getTree | R Documentation |

This function extract the structure of a tree from a
`randomForest`

object.

getTree(rfobj, k=1, labelVar=FALSE)

`rfobj` |
a |

`k` |
which tree to extract? |

`labelVar` |
Should better labels be used for splitting variables and predicted class? |

For numerical predictors, data with values of the variable less than or equal to the splitting point go to the left daughter node.

For categorical predictors, the splitting point is represented by an
integer, whose binary expansion gives the identities of the categories
that goes to left or right. For example, if a predictor has four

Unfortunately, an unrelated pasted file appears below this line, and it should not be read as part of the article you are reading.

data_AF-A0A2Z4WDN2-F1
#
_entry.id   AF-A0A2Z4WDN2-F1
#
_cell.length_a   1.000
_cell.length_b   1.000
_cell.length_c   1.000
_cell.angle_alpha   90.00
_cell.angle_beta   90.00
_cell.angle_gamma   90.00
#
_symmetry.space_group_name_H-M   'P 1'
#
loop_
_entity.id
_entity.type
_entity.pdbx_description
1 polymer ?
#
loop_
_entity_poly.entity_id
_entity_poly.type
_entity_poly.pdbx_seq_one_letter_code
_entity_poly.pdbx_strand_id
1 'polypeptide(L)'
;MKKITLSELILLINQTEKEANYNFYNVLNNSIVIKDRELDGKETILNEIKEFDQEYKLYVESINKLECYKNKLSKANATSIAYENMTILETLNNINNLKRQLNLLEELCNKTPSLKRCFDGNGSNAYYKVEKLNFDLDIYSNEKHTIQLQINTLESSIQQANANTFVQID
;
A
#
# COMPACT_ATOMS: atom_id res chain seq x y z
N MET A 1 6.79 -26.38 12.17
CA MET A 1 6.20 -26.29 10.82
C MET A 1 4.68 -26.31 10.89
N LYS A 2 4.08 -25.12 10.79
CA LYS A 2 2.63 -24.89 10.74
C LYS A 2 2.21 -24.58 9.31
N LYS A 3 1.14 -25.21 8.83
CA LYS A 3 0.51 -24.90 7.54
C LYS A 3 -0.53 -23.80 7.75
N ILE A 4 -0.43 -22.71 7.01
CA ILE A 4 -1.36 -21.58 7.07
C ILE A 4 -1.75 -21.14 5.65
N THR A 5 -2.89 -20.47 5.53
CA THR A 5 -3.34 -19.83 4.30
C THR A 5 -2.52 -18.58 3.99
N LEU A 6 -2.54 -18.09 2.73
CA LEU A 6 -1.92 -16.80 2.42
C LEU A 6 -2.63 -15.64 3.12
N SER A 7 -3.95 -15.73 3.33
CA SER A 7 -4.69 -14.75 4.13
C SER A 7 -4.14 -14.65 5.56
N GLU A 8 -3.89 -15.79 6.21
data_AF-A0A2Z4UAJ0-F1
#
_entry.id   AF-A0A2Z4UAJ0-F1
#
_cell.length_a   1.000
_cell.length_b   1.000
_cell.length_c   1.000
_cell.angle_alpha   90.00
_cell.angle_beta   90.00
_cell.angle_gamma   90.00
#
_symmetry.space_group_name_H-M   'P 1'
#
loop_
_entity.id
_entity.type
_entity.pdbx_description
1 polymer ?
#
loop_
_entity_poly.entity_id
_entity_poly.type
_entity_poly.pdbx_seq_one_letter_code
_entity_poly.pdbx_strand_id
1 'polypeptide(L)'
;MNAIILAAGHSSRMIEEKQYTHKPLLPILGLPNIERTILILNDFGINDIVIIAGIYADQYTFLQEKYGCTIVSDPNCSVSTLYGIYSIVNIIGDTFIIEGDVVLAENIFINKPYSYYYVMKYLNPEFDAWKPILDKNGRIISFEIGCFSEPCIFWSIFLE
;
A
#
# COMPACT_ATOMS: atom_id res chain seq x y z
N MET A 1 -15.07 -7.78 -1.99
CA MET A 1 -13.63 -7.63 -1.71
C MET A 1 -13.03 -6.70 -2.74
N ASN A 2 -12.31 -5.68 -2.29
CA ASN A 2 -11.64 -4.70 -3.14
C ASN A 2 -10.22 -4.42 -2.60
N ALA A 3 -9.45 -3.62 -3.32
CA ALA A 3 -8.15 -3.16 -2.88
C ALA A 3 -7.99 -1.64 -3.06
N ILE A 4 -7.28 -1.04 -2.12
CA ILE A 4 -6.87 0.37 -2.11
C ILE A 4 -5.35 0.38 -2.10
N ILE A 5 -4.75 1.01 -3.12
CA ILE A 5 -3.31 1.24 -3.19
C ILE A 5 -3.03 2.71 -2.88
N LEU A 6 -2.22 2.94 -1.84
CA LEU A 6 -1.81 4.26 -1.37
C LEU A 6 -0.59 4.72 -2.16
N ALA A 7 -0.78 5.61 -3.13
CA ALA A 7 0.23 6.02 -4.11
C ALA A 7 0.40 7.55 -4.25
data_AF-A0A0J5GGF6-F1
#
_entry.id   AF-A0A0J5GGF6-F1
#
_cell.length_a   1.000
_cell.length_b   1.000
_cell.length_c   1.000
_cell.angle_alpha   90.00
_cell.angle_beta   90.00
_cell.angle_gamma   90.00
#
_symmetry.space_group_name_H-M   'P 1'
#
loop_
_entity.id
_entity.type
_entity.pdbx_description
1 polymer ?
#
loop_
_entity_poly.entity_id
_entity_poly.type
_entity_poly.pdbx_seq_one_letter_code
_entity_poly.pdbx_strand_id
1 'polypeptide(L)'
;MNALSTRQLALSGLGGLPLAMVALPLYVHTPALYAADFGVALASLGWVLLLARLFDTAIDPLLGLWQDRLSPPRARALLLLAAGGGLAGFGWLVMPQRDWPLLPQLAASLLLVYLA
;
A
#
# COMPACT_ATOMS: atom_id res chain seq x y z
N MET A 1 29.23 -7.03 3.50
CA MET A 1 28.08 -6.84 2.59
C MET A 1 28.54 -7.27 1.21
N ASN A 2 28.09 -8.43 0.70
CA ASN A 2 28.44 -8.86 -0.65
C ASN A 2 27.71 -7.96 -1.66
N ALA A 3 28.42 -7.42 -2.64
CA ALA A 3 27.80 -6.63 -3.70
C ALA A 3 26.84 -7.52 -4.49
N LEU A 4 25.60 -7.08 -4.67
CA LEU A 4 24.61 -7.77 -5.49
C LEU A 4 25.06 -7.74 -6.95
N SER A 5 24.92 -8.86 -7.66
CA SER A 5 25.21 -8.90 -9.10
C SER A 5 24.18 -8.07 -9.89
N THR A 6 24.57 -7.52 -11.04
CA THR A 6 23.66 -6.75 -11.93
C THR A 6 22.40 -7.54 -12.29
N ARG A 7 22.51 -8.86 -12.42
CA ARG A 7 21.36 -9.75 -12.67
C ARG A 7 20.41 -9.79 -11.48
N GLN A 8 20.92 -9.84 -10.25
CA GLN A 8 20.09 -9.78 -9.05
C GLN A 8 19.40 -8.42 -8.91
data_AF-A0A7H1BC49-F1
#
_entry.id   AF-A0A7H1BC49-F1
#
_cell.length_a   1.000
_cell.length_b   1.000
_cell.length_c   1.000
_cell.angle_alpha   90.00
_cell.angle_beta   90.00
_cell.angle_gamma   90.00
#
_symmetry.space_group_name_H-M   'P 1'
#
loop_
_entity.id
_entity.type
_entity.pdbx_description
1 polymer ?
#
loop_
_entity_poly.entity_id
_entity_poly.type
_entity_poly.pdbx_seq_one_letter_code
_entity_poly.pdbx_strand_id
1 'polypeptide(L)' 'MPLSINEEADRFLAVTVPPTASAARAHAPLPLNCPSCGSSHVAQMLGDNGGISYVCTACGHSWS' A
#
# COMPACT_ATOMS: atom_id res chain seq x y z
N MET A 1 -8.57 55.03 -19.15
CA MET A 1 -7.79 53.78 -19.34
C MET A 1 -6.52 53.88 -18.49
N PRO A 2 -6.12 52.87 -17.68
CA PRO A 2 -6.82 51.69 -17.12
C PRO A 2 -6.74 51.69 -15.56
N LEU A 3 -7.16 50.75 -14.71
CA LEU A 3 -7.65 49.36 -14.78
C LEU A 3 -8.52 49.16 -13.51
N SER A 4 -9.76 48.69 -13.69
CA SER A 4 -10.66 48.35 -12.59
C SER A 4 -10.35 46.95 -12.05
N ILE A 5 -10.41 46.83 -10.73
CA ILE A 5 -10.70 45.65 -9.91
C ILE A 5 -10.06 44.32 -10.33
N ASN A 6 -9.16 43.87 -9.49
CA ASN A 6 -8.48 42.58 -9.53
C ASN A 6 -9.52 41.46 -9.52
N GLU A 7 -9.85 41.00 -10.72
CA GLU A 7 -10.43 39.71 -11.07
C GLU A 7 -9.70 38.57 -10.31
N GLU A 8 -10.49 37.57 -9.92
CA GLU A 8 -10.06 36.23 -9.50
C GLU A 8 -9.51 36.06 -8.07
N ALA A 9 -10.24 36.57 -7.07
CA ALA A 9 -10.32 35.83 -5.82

categories, and the split point is 13. The binary expansion of 13 is
(1, 0, 1, 1) (because *13 = 1*2^0 + 0*2^1 + 1*2^2 + 1*2^3*), so cases with
categories 1, 3, or 4 in this predictor get sent to the left, and the rest
to the right.

A matrix (or data frame, if `labelVar=TRUE`

) with six columns and
number of rows equal to total number of nodes in the tree. The six
columns are:

`left daughter` |
the row where the left daughter node is; 0 if the node is terminal |

`right daughter` |
the row where the right daughter node is; 0 if the node is terminal |

`split var` |
which variable was used to split the node; 0 if the node is terminal |

`split point` |
where the best split is; see Details for categorical predictor |

`status` |
is the node terminal (-1) or not (1) |

`prediction` |
the prediction for the node; 0 if the node is not terminal |

Andy Liaw andy_liaw@merck.com

`randomForest`

data(iris) ## Look at the third trees in the forest. getTree(randomForest(iris[,-5], iris[,5], ntree=10), 3, labelVar=TRUE)

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